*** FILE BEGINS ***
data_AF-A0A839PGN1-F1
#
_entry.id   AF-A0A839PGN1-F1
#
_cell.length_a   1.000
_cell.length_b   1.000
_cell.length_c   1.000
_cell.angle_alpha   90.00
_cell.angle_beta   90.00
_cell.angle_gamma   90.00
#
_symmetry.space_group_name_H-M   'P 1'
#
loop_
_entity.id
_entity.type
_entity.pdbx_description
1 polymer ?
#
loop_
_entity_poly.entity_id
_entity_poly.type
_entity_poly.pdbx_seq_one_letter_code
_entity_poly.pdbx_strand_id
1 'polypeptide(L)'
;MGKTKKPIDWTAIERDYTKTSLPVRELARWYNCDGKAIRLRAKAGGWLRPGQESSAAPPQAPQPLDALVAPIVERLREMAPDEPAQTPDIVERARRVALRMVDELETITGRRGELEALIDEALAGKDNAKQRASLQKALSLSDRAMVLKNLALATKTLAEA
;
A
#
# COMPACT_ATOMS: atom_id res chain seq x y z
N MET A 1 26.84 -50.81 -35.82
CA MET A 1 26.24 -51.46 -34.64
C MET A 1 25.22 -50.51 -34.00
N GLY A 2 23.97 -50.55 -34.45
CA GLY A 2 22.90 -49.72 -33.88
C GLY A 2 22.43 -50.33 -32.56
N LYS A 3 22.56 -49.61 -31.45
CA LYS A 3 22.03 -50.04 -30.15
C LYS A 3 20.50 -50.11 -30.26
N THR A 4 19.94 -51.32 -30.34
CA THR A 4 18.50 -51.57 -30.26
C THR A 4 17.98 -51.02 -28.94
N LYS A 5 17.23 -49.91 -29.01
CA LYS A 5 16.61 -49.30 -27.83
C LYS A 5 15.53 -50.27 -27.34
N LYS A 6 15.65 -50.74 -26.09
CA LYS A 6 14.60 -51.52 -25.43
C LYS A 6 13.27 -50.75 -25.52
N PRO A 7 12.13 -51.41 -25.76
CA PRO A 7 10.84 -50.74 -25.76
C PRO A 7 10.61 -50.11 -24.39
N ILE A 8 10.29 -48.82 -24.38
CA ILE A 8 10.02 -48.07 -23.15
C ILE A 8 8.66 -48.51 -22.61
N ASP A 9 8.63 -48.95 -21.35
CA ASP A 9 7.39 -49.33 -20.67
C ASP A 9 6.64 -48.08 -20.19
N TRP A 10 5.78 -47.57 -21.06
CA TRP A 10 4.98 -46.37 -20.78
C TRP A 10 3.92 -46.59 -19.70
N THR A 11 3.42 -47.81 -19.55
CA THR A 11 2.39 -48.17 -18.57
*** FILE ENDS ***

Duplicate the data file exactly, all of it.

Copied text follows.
data_AF-A0A839PGN1-F1
#
_entry.id   AF-A0A839PGN1-F1
#
_cell.length_a   1.000
_cell.length_b   1.000
_cell.length_c   1.000
_cell.angle_alpha   90.00
_cell.angle_beta   90.00
_cell.angle_gamma   90.00
#
_symmetry.space_group_name_H-M   'P 1'
#
loop_
_entity.id
_entity.type
_entity.pdbx_description
1 polymer ?
#
loop_
_entity_poly.entity_id
_entity_poly.type
_entity_poly.pdbx_seq_one_letter_code
_entity_poly.pdbx_strand_id
1 'polypeptide(L)'
;MGKTKKPIDWTAIERDYTKTSLPVRELARWYNCDGKAIRLRAKAGGWLRPGQESSAAPPQAPQPLDALVAPIVERLREMAPDEPAQTPDIVERARRVALRMVDELETITGRRGELEALIDEALAGKDNAKQRASLQKALSLSDRAMVLKNLALATKTLAEA
;
A
#
# COMPACT_ATOMS: atom_id res chain seq x y z
N MET A 1 26.84 -50.81 -35.82
CA MET A 1 26.24 -51.46 -34.64
C MET A 1 25.22 -50.51 -34.00
N GLY A 2 23.97 -50.55 -34.45
CA GLY A 2 22.90 -49.72 -33.88
C GLY A 2 22.43 -50.33 -32.56
N LYS A 3 22.56 -49.61 -31.45
CA LYS A 3 22.03 -50.04 -30.15
C LYS A 3 20.50 -50.11 -30.26
N THR A 4 19.94 -51.32 -30.34
CA THR A 4 18.50 -51.57 -30.26
C THR A 4 17.98 -51.02 -28.94
N LYS A 5 17.23 -49.91 -29.01
CA LYS A 5 16.61 -49.30 -27.83
C LYS A 5 15.53 -50.27 -27.34
N LYS A 6 15.65 -50.74 -26.09
CA LYS A 6 14.60 -51.52 -25.43
C LYS A 6 13.27 -50.75 -25.52
N PRO A 7 12.13 -51.41 -25.76
CA PRO A 7 10.84 -50.74 -25.76
C PRO A 7 10.61 -50.11 -24.39
N ILE A 8 10.29 -48.82 -24.38
CA ILE A 8 10.02 -48.07 -23.15
C ILE A 8 8.66 -48.51 -22.61
N ASP A 9 8.63 -48.95 -21.35
CA ASP A 9 7.39 -49.33 -20.67
C ASP A 9 6.64 -48.08 -20.19
N TRP A 10 5.78 -47.57 -21.06
CA TRP A 10 4.98 -46.37 -20.78
C TRP A 10 3.92 -46.59 -19.70
N THR A 11 3.42 -47.81 -19.55
CA THR A 11 2.39 -48.17 -18.57